China: More than a million could die from COVID in 2023

Wednesday, 21 December 2022 (23:34 IST)
When China relaxed its zero-COVID policy at the start of December, international observers warned there would be mass outbreaksin the Chinese population, which, it was estimated, lacks sufficient herd immunity or vaccine protection.
One statistical model published by predicts that 300,000 people could die from COVID-19 infections by April 2023 and 1.6 million people could die by the end of the year.
"Infections are steeply on the rise and hospitals are overwhelmed. It's quite [certain] that the situation is spiraling out of control, at least in Beijing and other big cities," said Björn Alpermann, a sinologist at the University of Würzburg in Germany.
COVID wave in China 'thermonuclear bad'
On December 19, a prominent epidemiologist, Eric Feigl-Ding, tweeted that the situation was "thermonuclear bad."
Feigl-Ding predicted "over 60% of China's and 10% of the Earth's population likely infected over the next 90 days. Deaths likely in the millions — plural."
In scenes reminiscent of the early months of the pandemic in 2020, Feigl-Ding posted a video of what looks like an overcrowded hospital, with patients lying close next to each other on the floor.
Other reports suggest morgues and crematoriums are overloaded, with backlogs running into the thousands. "The reports that crematoriums are working 24/7 are deeply disturbing," said Alpermann.
How accurate are the statistics?
It's not known how many people are currently infected with COVID-19 in China or the number of those who have recently died from the disease.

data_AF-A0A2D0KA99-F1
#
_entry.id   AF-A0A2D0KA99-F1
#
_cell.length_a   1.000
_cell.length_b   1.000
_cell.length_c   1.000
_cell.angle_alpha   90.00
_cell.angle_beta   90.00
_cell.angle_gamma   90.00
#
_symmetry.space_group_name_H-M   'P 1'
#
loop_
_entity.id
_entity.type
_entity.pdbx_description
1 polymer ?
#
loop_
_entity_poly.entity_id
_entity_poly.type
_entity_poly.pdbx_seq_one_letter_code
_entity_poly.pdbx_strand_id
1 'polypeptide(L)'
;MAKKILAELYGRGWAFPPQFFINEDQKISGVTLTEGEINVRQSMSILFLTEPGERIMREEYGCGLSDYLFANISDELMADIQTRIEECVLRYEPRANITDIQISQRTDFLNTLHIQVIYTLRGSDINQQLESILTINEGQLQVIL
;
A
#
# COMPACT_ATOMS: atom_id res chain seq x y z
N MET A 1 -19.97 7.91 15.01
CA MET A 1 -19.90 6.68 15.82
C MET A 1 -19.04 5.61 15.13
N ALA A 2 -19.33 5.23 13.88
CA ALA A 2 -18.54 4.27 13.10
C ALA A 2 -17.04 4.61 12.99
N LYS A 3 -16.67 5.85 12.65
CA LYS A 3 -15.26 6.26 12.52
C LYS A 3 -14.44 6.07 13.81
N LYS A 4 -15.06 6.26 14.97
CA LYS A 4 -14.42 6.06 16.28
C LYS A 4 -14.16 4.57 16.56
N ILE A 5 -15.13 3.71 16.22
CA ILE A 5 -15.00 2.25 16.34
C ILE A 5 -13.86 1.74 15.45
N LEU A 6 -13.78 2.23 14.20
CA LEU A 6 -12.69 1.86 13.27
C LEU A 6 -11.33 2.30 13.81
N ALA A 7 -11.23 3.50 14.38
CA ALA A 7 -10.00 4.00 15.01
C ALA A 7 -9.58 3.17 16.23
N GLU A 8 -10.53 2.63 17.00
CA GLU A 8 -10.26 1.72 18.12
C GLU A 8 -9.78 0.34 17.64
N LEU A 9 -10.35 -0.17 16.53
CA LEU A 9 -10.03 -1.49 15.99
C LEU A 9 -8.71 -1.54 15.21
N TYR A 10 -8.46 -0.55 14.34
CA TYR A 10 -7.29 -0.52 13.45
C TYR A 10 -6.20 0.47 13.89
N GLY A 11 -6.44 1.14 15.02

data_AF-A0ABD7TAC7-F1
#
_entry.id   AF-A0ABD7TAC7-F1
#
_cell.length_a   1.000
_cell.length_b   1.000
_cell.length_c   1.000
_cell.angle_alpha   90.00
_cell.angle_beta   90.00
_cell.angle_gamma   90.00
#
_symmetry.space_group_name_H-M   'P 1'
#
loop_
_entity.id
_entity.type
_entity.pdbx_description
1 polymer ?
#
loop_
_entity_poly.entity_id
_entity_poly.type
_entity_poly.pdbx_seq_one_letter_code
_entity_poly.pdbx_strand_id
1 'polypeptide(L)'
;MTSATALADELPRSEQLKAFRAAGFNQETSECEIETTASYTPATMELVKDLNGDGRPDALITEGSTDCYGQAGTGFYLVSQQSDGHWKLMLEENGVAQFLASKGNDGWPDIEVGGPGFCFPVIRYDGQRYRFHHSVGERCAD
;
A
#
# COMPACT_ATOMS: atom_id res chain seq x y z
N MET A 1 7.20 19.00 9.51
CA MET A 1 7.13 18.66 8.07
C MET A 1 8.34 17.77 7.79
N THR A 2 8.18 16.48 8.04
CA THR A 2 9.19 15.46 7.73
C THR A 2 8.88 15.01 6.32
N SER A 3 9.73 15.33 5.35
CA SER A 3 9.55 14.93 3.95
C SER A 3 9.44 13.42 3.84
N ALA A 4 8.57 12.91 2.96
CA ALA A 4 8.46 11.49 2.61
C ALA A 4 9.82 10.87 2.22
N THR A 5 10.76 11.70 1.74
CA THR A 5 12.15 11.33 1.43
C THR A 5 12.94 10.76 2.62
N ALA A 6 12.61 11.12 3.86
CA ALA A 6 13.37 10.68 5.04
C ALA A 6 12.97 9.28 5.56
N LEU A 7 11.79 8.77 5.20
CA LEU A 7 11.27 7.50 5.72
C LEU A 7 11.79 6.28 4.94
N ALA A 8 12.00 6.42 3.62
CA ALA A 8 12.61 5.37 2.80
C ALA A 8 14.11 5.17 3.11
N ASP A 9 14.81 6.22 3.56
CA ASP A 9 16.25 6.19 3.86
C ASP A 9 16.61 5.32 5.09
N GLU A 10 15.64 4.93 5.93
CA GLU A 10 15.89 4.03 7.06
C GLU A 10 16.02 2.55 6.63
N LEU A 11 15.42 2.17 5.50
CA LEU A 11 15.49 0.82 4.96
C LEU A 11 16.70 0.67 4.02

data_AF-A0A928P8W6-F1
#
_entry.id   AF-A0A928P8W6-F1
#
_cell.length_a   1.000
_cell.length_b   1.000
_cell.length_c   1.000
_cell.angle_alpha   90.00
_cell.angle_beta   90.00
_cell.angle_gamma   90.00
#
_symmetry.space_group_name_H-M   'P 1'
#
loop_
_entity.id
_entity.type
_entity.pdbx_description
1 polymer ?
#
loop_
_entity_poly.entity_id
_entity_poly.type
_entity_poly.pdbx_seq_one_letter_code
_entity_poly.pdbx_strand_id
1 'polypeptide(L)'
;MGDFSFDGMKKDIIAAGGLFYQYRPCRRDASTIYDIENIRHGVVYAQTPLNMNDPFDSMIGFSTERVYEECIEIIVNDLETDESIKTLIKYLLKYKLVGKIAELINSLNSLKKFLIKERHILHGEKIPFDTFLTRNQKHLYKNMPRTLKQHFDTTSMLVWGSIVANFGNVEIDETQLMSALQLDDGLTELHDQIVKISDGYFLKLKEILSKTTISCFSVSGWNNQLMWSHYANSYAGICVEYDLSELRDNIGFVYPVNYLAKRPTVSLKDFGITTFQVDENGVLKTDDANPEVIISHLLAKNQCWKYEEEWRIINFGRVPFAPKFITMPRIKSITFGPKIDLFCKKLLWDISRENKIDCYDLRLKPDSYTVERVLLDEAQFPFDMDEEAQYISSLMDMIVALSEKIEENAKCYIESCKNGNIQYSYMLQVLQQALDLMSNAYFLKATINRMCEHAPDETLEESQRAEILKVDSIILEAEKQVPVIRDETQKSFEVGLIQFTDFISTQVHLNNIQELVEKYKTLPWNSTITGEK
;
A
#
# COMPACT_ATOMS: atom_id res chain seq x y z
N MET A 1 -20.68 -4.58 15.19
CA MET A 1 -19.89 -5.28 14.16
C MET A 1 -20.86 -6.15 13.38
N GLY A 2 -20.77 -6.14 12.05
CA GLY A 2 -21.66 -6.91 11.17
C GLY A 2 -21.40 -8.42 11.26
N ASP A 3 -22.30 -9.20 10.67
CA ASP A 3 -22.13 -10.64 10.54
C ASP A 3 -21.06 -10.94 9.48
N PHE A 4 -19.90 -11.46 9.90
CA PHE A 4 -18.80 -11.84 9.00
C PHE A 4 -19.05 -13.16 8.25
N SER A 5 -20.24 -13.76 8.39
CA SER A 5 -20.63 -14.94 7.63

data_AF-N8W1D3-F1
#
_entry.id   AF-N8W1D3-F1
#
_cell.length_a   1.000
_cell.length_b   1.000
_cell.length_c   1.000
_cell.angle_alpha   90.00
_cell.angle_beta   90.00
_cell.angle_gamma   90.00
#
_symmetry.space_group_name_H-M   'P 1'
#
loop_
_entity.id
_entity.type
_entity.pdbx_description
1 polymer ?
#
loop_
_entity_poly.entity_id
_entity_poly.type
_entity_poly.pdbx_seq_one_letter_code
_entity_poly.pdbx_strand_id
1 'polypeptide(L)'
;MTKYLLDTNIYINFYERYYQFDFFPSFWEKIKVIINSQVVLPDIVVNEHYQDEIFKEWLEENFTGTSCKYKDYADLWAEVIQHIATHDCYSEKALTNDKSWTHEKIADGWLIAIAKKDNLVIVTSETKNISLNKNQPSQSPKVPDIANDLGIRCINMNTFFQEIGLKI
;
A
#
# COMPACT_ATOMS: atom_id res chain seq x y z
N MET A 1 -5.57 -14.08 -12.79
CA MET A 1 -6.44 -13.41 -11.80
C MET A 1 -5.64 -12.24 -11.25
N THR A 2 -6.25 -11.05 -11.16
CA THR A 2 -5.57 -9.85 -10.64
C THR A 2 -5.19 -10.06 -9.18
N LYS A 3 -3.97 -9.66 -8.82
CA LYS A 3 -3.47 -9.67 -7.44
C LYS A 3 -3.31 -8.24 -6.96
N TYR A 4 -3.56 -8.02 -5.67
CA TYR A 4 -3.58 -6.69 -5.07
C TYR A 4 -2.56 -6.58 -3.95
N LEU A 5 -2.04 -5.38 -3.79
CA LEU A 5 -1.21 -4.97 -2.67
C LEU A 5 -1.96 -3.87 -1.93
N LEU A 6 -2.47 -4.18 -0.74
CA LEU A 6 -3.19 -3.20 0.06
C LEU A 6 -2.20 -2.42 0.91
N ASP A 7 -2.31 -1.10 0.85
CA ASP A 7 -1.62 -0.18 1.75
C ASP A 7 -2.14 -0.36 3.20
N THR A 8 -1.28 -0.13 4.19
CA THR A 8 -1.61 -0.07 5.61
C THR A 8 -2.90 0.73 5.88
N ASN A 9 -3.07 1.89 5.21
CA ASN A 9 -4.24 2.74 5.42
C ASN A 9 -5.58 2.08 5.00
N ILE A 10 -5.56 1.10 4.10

Oliver Radtke who lives in Beijing and is the chief representative of the Heinrich Böll Foundation, an independent political foundation affiliated with Germany's Greens, said it was impossible to know how severe the current COVID wave was by reading the official statistics.
"Judging strictly from personal evidence, scrolling through WeChat [social media] and having conversations with colleagues and friends, I reckon about one third in the city is sick, one third is taking care of the sick and one third simply doesn't dare to venture out," Radtke told DW.
Alpermann said the Chinese government had more or less admitted that its statistics were artificially low when it said that it would only count COVID deaths that had happened due to lung failure. That's Alpermann's personal assessment, but it suggests that those statistics tell only a partial truth.
The lack of accurate statistics about the current COVID situation in China makes predictions about deaths and illness difficult.
"There are so many moving parts in models, so there's a lot of guess work. The subvariant [of omicron, BF.7] circulating in China now isn't well studied, and we don't know how fast people will get boosters this winter," Alpermann said.
Booster campaign to target elderly
So, how are Chinese health authorities responding to the situation? Radtke said authorities had placed responsibility on individuals to keep safe.
"The official slogan these days is 'everybody is responsible for the prevention and control of the pandemic,'" he said.